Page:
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Potato Leafhoppers Have Arrived in an Alfalfa Field Near You

Potato Leafhoppers Have Arrived in an Alfalfa Field Near You

By Mark Sulc and Curtis Young et.al

Potato leafhopper adults have been observed in alfalfa fields in Ohio. These adults have likely begun laying eggs, and it only takes about 3 weeks for these eggs to hatch into nymphs and develop into adults. Populations of PLH will begin increasing. The second and third crops of alfalfa each year are the most vulnerable to this serious insect pest.

Growers should begin scouting their alfalfa fields now within the first two weeks after the first harvest. New spring seedings of alfalfa must be checked regularly, as they can be extremely damaged by relatively low numbers of PLH. Action thresholds can be exceeded very quickly in these slow-growing new stands. Once damaged, PLH can impact their growth for the rest of the year. The PLH can also reduce root growth and development in the seeding year that might impact the alfalfa yield potential in future years.

Proper scouting must be done with a standard-sized sweep net. For a video on scouting techniques visit: https://forages.osu.edu/video/scouting-potato-leafhopper-alfalfa

If alfalfa is more than seven days from a cut and plants are under normal stress, a good rule of thumb for an action threshold for treatment is when the number of PLH (nymphs+adults) in a 10-sweep set is equal to or greater than the height of the alfalfa. For example, if the alfalfa is 10 inches tall, and the average number of PLH per sample is 10 or higher, treatment is warranted. If the average is nine or lower, the grower should come back within a few days to see if the population is continuing to increase (treatment warranted), staying the same (come back again in a few days), or declining (treatment not warranted). Vigorous alfalfa can tolerate higher numbers, and stressed alfalfa can tolerate fewer, so you may need to adjust your action threshold based on the condition of the alfalfa.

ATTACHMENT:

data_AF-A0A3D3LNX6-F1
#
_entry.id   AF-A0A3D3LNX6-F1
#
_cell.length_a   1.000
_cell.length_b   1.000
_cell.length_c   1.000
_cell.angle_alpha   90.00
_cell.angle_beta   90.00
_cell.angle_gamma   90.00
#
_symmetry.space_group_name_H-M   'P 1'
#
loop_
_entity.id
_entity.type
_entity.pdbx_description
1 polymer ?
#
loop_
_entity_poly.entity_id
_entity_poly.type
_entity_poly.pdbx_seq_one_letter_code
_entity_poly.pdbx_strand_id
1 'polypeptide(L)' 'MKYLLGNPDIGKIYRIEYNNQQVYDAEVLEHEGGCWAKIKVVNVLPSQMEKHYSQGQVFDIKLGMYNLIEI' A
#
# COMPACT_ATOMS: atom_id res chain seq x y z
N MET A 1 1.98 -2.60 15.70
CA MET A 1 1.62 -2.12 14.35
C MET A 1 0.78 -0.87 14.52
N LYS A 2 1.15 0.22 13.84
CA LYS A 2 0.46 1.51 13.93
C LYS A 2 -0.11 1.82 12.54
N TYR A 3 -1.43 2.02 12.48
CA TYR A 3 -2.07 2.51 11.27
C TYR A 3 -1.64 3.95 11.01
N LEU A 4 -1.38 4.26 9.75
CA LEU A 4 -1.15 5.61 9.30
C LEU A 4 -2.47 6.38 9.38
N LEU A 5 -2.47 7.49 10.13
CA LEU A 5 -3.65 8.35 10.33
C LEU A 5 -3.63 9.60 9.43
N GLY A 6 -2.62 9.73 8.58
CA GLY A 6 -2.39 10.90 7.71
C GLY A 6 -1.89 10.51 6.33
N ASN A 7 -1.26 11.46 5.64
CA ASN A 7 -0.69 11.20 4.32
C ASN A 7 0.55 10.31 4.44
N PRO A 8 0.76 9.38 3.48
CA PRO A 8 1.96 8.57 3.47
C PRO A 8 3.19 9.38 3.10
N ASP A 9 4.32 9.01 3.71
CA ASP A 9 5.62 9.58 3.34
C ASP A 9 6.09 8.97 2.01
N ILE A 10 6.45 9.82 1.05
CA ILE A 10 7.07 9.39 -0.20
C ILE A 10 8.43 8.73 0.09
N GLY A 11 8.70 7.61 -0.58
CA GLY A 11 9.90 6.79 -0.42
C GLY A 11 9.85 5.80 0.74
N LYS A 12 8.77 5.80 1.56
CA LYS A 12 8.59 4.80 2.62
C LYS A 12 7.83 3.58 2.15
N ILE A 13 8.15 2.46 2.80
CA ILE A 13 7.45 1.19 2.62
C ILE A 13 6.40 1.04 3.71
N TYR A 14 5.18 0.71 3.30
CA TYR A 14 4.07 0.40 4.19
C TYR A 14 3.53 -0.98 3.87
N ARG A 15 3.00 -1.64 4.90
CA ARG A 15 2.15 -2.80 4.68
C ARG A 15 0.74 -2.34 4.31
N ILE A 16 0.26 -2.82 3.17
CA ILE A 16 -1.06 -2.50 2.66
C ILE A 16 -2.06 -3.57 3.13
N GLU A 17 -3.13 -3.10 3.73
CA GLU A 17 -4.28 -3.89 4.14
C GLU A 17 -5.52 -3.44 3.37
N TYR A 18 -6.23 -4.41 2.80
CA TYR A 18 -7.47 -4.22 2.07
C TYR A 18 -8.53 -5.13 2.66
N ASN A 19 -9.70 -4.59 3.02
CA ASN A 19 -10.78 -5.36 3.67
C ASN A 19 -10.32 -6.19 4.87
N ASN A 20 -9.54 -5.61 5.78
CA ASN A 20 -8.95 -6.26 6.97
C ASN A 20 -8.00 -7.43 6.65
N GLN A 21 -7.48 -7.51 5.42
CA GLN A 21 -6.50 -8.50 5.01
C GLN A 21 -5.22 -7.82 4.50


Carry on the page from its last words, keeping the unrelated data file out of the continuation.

For a video with detail on damage, ID, and control options visit: https://forages.osu.edu/video/potato-leafhopper-identification-and-damage-alfalfa 

Ohio State University Extension’s factsheet on potato leafhopper in alfalfa is at: https://ohioline.osu.edu/factsheet/ENT-33

An excellent resource for other forage-related questions is the OSU Extension’s Forage Page at: https://forages.osu.edu/home

Source : osu.edu

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